One of the great riddles of the 2009 and 2010 Tea Party heyday was contained in the famous sign that appeared in many of their anti-Obamacare demonstrations: “Government hands off my Medicare.”
How could they think that? It’s a plain contradiction since, obviously, Medicare is a government program in the first place.
The key to understanding this conundrum is to be found in zero-sum thinking. Tea Partiers are typically older, white, quite conservative, and often happy recipients of Social Security and Medicare benefits. In their view, proposing to grant health insurance to those tens of millions without coverage (who are seen as undeserving) was tantamount to taking that very benefit away from them (the deserving). Benefits are not expandable in zero-sum thinking. They are a fixed sum. The only way to offer existing benefits to a new population is to take them, at least in part, away from those that already possess them. “Government hands off my Medicare” was a cry of dispossession.
But zero-sum thinking in American conservatism goes deeper than disputing spoils. The Tea Party’s view about things like benefits is a subset of a more general vein of conservative thought in which liberty itself is seen as a zero-sum commodity.
Which brings us to Robert Bork, who died last week on December 19. Bork was, in effect, the conservative movement’s grand legal theorist of the zero-sum view of liberty.
Bork was famous for arguing that the 1964 Civil Rights Act was based on a principle of “unsurpassed ugliness.” How did he conclude this? Take public accommodations. The idea that lunch-counter owners could not deny service based on race took away the owners’ freedom to deal only with whom they wished. Giving blacks the right to sit at that counter—expanding their liberty—came at the counter-owners’ expense. The counter owners were dispossessed of their freedom. This view was reiterated in 2010 by Tea Party Republican candidate Rand Paul during his campaign for the U.S. Senate from Kentucky.
Implied in Bork’s position on the Civil Rights Act was the equivalence of positive and negative rights. There was nothing inherently superior in the black person’s right to be served as compared to the owner’s right to deny service. Any judge who would see a superior interest in the right to be served was only relying on personal values and usurping the functions of the legislature, in Bork’s thinking. Any law that would favor one or the other’s freedom, whether positive or negative, was playing favorites between claims of equal standing.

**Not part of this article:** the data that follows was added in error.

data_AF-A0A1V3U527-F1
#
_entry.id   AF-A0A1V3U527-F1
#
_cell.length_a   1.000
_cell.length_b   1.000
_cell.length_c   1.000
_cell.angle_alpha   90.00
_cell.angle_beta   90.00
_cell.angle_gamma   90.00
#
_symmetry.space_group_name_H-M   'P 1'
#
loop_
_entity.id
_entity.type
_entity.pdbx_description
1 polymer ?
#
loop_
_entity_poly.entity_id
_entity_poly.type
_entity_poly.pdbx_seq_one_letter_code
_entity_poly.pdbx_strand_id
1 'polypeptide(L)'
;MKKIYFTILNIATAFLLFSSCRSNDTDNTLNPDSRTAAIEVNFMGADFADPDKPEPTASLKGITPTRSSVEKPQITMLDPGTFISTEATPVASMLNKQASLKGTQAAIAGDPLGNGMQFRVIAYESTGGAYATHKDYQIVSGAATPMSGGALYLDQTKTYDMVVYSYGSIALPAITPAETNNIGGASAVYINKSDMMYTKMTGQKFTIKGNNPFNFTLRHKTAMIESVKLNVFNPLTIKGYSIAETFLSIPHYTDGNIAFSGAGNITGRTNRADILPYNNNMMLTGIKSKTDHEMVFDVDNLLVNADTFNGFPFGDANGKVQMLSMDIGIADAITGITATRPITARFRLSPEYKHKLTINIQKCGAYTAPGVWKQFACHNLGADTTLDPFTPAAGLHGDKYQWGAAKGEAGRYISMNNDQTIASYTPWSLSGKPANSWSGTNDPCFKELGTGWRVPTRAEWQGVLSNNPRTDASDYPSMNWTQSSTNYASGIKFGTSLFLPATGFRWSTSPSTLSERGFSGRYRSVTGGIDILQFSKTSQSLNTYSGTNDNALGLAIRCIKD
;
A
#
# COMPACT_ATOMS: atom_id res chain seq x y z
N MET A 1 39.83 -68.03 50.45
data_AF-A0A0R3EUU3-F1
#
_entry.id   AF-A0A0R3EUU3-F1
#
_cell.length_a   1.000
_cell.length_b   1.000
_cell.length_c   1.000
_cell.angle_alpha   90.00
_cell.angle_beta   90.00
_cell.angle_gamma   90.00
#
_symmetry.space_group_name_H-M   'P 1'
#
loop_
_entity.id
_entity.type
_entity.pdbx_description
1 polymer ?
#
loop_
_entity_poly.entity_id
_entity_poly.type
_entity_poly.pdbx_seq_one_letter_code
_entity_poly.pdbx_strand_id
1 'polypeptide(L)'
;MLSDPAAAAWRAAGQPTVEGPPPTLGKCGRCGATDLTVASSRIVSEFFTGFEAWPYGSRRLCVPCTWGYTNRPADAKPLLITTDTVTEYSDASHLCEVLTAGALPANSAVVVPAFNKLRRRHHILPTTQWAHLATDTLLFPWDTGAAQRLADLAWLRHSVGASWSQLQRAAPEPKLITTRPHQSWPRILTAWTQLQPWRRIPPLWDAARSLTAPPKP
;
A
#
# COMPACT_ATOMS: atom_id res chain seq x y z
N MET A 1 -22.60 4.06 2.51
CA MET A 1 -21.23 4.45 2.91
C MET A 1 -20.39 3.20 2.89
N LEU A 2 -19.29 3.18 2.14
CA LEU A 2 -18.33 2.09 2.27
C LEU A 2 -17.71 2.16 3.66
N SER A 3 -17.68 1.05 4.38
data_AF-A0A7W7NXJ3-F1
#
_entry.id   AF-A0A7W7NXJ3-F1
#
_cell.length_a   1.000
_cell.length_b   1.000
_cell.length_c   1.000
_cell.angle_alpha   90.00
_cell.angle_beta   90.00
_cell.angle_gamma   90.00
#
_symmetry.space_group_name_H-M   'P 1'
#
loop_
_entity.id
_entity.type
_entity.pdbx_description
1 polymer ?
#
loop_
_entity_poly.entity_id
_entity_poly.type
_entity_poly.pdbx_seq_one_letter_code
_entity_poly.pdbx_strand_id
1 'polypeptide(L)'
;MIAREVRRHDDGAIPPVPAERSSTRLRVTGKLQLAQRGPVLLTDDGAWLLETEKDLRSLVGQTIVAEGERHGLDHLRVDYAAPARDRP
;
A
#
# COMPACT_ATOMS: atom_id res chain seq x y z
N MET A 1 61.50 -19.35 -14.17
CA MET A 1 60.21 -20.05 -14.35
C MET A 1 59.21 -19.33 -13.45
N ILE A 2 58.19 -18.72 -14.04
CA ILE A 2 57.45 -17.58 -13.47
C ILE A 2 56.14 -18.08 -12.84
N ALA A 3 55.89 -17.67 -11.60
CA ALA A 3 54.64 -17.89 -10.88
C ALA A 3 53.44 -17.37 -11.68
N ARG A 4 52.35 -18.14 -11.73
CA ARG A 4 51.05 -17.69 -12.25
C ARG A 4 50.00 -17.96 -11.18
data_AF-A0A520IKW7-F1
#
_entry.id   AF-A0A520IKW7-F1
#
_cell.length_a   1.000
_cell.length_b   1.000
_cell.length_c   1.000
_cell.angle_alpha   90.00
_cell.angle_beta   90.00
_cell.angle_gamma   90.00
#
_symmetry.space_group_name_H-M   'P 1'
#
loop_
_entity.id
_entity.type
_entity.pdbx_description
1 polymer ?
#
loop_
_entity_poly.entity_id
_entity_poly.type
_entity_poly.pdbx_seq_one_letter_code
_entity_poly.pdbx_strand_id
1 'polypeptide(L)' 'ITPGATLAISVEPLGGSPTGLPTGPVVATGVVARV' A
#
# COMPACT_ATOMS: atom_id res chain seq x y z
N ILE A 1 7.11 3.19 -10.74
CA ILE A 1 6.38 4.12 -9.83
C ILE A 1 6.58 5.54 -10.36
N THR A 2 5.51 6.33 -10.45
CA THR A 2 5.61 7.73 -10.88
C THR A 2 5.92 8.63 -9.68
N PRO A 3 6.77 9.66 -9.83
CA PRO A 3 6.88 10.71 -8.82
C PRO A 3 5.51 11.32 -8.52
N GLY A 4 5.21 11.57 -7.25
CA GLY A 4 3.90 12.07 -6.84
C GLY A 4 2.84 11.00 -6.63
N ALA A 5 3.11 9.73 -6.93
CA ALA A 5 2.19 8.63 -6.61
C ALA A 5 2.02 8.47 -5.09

So extreme was this view for Bork that during his famous, and failed, 1987 confirmation hearings for a seat on the Supreme Court, under questioning by Illinois Senator Paul Simon, he was forced to carry his concept to the logical conclusion that the judiciary could not rightly call for the abolition of slavery. The freedom to hold slaves, in Borkian principle, enjoys the same protection as the freedom from slavery.
Bork was not an ordinary dogmatist in these zero-sum opinions. In the same hearings he described these views as the basis for his vaunted judicial philosophy of “original intent.” He displayed an almost metaphysical, natural-law insistence that liberties cannot be created or expanded. They could only be “redistributed.” He asserted this was an “arithmetic” and “indisputable” certainty. According to Bork, since every expansion of liberty in one area means taking it away elsewhere, such action calls for value judgments in which no judicial principles of right and wrong pertain.
It may seem a long way from Bork’s lofty calculus of liberty to the Tea Party’s furious demand that others not enjoy the health insurance protection their government assures them. But the Tea Party’s feeling that something theirs was being taken away and given to others was precisely the feeling that Robert Bork was translating into a judicial philosophy. What, finally, is the Tea Partiers’ link to Judge Bork? We might conclude that they are ultimately vulgar Borkians.